The People of America's Oil and Natural Gas Indusry

Energy Tomorrow Blog

hydraulic-fracturing  ghg-emission-reduction  regulations  drinking-water  energy-production  horizontal-drilling  carbon-emissions 

Erik Milito

Erik Milito
Posted June 9, 2016

Competitive forces and industry innovation continue to drive technological advances and produce clean-burning natural gas, which has led to reducing carbon emissions from power generation to their lowest level in more than 20 years, making it clear that environmental progress and energy production are not mutually exclusive.

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domestic-energy  drinking-water  energy-policy  environmental-protection-agency  fracking  hydraulic-fracturing  natural-gas  rhetoric-vs-reality 

Jane Van Ryan

Jane Van Ryan
Posted March 4, 2011

On Monday, Feb. 28th, we told you about our concerns over The New York Times articles on natural gas drilling and drinking water. As you might recall, the Times criticized the handling and disposal of drilling waste water, implying that natural gas operations might be harming water supplies in several Northeastern cities. The Times offered no solid facts to back up its assertions.

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domestic-energy  drinking-water  energy-policy  fracking  groundwater  halliburton  horizontal-drilling  hydraulic-fracturing  technology  water-quality  contamination  fracing  natural-gas-fracking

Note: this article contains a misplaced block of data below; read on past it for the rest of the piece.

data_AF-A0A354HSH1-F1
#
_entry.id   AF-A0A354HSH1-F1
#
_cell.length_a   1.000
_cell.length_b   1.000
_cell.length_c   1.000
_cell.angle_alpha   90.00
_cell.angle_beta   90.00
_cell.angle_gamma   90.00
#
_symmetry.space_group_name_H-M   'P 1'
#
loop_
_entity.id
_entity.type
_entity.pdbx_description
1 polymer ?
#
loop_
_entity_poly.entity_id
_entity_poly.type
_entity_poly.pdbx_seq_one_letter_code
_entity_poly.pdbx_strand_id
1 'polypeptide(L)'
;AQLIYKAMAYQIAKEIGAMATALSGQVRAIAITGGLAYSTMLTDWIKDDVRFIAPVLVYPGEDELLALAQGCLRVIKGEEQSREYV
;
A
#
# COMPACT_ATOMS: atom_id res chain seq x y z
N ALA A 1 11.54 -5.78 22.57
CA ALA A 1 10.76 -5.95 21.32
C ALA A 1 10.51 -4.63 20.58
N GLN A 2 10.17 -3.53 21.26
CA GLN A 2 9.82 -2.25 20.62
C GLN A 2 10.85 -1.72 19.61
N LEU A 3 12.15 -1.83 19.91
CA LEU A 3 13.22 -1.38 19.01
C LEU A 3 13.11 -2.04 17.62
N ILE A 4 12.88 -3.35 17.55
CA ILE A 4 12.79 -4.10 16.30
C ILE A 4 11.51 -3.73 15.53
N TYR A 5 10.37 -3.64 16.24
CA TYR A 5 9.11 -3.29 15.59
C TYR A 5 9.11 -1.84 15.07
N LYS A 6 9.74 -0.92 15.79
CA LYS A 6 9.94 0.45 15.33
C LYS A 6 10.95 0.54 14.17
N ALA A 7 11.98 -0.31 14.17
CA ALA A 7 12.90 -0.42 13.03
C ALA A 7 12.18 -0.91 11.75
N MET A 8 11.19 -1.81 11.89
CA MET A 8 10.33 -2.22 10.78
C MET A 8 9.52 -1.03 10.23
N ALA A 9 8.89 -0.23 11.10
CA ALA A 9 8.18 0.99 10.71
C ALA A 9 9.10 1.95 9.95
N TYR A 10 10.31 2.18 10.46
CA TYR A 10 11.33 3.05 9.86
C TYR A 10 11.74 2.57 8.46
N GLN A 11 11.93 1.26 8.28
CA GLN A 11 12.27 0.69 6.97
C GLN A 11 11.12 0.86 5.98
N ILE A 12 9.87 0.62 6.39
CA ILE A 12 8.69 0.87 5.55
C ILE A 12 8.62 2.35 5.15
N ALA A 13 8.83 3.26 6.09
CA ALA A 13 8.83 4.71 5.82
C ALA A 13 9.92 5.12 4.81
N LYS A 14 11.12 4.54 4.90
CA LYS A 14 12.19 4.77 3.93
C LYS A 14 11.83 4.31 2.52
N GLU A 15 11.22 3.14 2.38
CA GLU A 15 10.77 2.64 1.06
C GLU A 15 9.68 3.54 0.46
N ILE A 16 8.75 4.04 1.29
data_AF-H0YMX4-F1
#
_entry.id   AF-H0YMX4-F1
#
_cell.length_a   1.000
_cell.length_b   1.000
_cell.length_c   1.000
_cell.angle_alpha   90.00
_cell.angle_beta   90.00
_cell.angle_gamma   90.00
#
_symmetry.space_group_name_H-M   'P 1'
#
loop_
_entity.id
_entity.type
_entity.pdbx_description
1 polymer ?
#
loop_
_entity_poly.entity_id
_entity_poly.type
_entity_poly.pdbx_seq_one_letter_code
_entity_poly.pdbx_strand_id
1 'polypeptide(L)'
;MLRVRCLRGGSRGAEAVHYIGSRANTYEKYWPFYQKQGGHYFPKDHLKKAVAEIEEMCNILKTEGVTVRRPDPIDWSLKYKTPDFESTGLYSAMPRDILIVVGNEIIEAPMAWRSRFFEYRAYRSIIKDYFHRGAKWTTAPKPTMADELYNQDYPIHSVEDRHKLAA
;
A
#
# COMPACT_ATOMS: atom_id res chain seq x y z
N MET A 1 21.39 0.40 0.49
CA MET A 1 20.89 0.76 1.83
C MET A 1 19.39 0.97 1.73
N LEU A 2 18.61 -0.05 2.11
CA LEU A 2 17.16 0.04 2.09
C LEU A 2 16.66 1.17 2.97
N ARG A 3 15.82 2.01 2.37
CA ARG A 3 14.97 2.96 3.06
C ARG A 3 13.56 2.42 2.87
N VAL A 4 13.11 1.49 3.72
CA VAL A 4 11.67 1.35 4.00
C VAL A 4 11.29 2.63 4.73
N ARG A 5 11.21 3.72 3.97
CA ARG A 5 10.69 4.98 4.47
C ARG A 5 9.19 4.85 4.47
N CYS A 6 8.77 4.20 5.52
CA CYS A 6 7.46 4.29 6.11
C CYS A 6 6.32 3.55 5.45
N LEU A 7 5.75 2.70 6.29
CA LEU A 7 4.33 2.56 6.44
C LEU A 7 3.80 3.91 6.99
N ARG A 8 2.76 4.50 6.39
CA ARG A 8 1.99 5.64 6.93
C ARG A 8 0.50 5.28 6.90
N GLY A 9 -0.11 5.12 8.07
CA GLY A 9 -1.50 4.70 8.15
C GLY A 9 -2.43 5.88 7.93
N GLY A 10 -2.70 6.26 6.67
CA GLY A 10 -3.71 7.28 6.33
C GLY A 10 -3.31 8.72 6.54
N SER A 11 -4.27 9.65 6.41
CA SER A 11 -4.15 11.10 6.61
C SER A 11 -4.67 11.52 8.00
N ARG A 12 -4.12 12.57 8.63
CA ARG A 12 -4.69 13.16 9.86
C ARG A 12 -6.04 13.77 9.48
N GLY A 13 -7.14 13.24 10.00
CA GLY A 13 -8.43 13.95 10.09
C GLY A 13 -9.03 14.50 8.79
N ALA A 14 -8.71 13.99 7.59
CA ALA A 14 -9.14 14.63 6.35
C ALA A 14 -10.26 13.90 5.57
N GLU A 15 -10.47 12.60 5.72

Jane Van Ryan

Jane Van Ryan
Posted December 21, 2010

In today's episode, I interview David Adams, Halliburton's vice president for production enhancement, about hydraulic fracturing. He describes the fracking process, the associated benefits as well as the exaggerated risks. 

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drinking-water  hydraulic-fracturing  natural-gas 

Jane Van Ryan

Jane Van Ryan
Posted October 29, 2009

Did you know that hydraulic fracturing has been used in about one million oil and natural gas wells in the United States? This tried-and-true process injects wells with water, small amounts of chemicals and sand to create tiny cracks in hard rock, allowing natural gas and/or oil to flow up the wellbore. Fracking, as it's often called, occurs thousands of feet below aquifers containing fresh water, and water supplies are protected by state well construction and drilling regulations. 

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